What’s amazing is that the theory of dangerous global warming is accepted by the majority of world leaders. Today, the heads of state of 191 of the 192 nations are pursuing policies to try to stop the planet from warming. Most leading universities, NASA and other major scientific organizations, most of the Fortune 500 companies, and the news media accept the pending doom of man-made climate change. The world is spending over $250 billion each year to try to “decarbonize.”

But empirical evidence does not support the theory of catastrophic man-made warming. The 0.7oC rise in global temperatures since 1880 was matched one thousand years ago during the Medieval Warm Period, when temperatures were warmer than today. Despite increasing atmospheric carbon dioxide, Earth’s surface temperatures have been flat to declining for more than 10 years. Arctic ice has been declining, but Antarctic ice, which is 90 percent of Earth’s ice, has been increasing over the last 30 years. Sea levels are naturally rising at 7‒8 inches per century, but no evidence shows that accelerating sea level rise is underway. Hurricanes and tropical storms are neither more frequent nor stronger today than in times past. Polar bear populations have more than doubled in the last 50 years.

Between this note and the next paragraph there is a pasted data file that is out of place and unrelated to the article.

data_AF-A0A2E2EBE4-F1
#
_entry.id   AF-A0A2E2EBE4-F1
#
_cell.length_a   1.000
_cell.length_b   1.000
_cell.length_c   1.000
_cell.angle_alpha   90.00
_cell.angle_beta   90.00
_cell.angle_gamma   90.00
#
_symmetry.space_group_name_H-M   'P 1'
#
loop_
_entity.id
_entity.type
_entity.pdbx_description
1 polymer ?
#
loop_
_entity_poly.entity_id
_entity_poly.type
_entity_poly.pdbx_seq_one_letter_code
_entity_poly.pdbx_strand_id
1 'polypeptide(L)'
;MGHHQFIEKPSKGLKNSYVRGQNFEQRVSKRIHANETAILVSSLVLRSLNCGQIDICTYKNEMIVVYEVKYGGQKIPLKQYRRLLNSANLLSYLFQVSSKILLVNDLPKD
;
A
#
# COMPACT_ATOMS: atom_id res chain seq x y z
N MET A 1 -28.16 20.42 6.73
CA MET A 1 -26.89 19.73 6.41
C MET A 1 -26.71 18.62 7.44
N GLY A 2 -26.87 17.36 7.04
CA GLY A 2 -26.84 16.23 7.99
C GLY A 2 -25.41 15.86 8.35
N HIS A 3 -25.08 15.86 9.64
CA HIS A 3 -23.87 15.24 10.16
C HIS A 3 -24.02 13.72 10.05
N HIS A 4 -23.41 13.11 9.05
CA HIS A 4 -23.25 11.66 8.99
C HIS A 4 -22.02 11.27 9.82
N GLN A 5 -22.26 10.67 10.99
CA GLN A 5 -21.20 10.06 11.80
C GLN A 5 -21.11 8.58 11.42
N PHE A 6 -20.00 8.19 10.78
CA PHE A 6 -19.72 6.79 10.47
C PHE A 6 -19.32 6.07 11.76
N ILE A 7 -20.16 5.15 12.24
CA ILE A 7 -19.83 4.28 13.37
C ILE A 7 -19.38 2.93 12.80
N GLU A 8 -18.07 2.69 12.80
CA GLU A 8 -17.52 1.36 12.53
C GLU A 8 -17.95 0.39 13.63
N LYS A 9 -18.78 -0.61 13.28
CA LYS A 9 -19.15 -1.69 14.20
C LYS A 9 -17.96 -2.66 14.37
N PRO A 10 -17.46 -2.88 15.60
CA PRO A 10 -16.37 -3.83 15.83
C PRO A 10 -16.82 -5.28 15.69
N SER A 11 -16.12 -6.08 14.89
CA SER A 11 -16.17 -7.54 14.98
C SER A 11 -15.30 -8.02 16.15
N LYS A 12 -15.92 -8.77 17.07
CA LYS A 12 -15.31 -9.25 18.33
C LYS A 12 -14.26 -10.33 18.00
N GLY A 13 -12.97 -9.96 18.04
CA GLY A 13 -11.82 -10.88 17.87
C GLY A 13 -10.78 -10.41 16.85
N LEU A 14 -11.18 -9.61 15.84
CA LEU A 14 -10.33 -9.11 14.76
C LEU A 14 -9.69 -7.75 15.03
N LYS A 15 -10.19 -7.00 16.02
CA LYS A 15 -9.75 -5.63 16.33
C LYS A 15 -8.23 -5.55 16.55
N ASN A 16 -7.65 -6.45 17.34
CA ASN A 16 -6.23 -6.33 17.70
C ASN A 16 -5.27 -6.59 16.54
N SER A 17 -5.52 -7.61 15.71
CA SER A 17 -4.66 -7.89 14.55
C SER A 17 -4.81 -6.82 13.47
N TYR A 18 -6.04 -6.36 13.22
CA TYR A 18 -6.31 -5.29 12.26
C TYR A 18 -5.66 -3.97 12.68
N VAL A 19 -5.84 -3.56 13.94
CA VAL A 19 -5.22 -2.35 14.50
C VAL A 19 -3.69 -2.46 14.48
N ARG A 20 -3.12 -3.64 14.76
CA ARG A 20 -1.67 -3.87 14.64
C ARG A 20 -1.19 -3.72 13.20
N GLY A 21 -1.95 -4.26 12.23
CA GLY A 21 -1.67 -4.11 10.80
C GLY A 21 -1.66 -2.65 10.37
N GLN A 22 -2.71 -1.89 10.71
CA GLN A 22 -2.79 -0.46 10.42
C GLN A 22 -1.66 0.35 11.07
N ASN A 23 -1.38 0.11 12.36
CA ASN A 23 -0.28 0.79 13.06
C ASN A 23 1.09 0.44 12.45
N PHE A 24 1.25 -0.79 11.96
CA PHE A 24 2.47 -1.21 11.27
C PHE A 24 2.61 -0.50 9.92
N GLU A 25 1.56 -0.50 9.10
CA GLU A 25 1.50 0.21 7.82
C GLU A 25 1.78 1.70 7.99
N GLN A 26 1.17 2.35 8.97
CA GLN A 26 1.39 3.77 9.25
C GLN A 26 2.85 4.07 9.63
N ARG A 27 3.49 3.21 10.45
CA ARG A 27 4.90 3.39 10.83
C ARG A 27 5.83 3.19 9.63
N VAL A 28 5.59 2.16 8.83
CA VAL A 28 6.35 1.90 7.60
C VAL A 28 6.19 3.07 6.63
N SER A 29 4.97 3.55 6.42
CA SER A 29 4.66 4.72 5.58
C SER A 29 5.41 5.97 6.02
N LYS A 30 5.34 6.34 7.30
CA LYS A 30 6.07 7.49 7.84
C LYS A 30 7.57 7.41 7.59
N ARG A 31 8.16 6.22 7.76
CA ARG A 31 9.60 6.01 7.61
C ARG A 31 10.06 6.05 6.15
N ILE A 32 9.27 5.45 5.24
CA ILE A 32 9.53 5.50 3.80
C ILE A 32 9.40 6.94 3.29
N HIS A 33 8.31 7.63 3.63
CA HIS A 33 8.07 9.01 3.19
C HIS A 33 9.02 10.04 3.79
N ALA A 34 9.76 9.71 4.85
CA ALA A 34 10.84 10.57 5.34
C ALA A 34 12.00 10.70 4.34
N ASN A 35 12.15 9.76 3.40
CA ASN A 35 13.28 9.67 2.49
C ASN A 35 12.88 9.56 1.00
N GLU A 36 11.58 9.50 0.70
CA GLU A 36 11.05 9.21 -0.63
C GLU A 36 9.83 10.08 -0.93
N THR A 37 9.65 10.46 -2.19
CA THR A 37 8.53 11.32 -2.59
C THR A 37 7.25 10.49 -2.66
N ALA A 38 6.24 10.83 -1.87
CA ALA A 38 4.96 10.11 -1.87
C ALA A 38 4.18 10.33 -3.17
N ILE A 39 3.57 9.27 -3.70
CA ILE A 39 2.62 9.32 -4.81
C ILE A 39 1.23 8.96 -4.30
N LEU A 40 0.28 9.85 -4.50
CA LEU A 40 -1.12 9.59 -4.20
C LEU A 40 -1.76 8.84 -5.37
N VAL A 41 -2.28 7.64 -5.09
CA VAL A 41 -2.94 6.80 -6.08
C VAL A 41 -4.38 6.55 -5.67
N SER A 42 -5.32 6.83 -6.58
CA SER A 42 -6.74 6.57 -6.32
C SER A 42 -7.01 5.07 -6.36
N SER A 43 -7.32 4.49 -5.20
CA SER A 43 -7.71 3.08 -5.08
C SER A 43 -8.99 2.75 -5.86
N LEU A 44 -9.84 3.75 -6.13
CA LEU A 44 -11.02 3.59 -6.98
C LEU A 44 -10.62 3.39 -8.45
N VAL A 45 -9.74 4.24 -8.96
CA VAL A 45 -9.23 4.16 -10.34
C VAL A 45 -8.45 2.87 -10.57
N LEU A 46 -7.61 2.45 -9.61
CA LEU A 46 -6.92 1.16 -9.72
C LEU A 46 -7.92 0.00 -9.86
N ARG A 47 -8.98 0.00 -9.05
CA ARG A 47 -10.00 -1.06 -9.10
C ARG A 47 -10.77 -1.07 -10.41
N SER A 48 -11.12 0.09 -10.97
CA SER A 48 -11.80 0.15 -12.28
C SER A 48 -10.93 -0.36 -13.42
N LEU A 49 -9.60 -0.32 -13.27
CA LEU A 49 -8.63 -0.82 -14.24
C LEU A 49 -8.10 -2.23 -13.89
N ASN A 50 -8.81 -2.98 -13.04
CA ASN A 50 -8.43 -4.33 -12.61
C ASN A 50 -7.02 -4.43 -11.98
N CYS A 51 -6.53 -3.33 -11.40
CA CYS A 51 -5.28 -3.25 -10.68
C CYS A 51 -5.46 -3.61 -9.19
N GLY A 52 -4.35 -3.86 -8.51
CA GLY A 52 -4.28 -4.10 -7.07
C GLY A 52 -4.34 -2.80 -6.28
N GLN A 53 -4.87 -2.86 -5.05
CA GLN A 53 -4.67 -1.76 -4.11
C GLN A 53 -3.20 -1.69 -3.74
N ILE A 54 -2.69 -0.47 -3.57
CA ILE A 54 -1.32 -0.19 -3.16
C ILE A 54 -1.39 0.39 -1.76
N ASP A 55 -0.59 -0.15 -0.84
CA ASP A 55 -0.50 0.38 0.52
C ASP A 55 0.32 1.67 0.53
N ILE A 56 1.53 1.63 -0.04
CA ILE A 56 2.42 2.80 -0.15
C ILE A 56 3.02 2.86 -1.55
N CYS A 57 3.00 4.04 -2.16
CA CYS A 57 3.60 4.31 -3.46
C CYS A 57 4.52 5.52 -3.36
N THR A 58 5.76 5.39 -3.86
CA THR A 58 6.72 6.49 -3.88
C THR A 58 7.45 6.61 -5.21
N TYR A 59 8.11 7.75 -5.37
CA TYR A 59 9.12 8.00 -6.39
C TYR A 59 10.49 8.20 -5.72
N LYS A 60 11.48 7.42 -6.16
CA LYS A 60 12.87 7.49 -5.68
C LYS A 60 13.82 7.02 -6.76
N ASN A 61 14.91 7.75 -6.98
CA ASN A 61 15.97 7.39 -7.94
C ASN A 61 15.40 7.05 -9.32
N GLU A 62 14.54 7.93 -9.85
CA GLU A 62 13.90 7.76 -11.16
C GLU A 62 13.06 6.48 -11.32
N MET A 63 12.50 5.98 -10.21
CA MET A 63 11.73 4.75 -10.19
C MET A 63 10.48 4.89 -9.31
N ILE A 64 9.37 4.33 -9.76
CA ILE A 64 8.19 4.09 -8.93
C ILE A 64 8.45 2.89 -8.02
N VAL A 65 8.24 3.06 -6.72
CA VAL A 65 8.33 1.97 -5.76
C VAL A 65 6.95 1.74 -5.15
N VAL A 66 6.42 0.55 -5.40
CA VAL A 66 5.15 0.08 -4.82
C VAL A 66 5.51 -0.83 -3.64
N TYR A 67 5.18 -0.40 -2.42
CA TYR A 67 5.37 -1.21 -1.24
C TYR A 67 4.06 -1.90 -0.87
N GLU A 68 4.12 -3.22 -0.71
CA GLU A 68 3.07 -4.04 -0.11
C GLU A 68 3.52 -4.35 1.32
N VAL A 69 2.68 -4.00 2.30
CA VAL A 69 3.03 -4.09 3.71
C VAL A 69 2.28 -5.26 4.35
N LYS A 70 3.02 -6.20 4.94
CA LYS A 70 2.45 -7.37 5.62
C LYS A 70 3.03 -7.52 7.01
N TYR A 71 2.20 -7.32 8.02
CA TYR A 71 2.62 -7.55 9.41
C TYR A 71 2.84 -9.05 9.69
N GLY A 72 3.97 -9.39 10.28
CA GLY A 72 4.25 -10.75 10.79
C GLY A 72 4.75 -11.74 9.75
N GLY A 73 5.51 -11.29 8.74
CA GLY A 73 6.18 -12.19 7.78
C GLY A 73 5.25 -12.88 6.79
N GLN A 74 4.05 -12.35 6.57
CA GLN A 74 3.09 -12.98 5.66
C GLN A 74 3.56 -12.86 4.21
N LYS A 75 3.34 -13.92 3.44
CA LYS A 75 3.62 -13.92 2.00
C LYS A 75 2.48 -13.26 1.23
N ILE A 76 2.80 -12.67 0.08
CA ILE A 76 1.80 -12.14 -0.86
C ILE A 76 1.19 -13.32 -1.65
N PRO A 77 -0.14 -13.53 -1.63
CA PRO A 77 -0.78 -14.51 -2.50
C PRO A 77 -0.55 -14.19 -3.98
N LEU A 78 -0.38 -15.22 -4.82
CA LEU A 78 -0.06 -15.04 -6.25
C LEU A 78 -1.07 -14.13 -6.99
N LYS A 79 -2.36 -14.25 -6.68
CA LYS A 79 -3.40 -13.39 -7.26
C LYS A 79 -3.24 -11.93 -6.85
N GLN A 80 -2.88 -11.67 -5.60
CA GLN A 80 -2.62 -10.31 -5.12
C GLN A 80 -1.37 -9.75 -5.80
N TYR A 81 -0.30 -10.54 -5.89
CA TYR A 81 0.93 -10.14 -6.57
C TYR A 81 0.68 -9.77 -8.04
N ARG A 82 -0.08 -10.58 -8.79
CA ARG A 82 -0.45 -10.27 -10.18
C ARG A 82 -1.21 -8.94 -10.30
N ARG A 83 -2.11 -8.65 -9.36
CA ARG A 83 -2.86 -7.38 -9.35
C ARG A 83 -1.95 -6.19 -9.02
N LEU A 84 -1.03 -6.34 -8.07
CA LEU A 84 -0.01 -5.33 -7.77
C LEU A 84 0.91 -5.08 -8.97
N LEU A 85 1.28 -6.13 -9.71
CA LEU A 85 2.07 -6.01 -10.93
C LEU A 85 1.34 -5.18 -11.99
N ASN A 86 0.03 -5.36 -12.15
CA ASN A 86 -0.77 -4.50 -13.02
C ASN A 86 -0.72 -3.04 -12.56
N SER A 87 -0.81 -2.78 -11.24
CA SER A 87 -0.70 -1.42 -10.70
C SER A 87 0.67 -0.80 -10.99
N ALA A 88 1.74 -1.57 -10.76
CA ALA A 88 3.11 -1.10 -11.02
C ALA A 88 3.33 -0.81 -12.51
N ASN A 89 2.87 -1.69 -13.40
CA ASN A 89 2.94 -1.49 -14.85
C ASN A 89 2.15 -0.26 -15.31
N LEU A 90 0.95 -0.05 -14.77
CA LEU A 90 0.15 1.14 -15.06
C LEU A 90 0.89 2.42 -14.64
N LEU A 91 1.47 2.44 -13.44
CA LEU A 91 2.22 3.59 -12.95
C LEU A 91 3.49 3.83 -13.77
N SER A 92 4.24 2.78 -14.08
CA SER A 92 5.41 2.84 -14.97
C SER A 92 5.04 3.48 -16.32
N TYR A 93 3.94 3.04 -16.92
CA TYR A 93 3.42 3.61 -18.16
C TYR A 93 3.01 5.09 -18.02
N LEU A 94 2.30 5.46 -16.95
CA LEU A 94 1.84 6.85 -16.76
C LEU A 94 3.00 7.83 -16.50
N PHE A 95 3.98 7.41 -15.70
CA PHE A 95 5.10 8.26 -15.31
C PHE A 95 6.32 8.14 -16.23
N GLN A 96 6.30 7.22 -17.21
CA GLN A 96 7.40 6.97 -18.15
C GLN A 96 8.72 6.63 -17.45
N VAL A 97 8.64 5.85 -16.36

So, complete your Christmas shopping and don’t sell your winter coat. The world may end, but not before you have to pay your taxes and your credit card bills. 

Steve Goreham is Executive Director of the Climate Science Coalition of America and author of the new book The Mad, Mad, Mad World of Climatism: Mankind and Climate Change Mania.


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Steve Goreham

Steve Goreham is a speaker, author, and researcher on environmental issues and a former engineer and business executive. He’s a frequently invited guest on radio and television as well as a freelance writer. He is the Executive Director of the Climate Science Coalition of America, a non-political association of scientists, engineers, and citizens working to inform Americans about the realities of climate science and energy economics. 

Steve is also author of two books on climate change, The Mad, Mad, Mad World of Climatism: Mankind and Climate Change Mania and Climatism! Science, Common Sense, and the 21st Century’s Hottest Topic.

 Steve holds an MS in Electrical Engineering from the University of Illinois and an MBA from the University of Chicago. He has more than 30 years of experience at Fortune 100 and private companies in engineering and executive roles. As a white water kayaker, he paddled many of the great rivers of North America. He is a husband and father of three and resides in Illinois.